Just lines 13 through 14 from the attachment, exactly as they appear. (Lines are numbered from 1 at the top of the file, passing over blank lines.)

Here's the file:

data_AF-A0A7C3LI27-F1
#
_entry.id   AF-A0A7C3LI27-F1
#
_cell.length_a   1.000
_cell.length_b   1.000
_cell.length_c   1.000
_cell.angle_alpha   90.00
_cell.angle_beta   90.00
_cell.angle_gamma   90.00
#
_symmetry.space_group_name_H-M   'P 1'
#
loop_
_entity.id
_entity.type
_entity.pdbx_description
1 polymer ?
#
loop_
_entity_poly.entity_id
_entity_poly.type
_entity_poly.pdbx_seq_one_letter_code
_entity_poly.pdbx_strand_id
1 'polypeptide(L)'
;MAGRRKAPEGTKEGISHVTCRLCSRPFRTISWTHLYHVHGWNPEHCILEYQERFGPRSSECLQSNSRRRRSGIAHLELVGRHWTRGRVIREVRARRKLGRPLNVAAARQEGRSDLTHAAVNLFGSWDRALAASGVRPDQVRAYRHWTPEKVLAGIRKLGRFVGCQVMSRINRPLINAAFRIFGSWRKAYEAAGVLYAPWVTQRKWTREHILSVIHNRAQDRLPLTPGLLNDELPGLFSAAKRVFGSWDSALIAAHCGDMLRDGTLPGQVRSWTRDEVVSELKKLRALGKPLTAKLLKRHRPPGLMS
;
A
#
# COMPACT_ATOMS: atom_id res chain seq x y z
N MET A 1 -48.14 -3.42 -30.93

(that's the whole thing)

#
loop_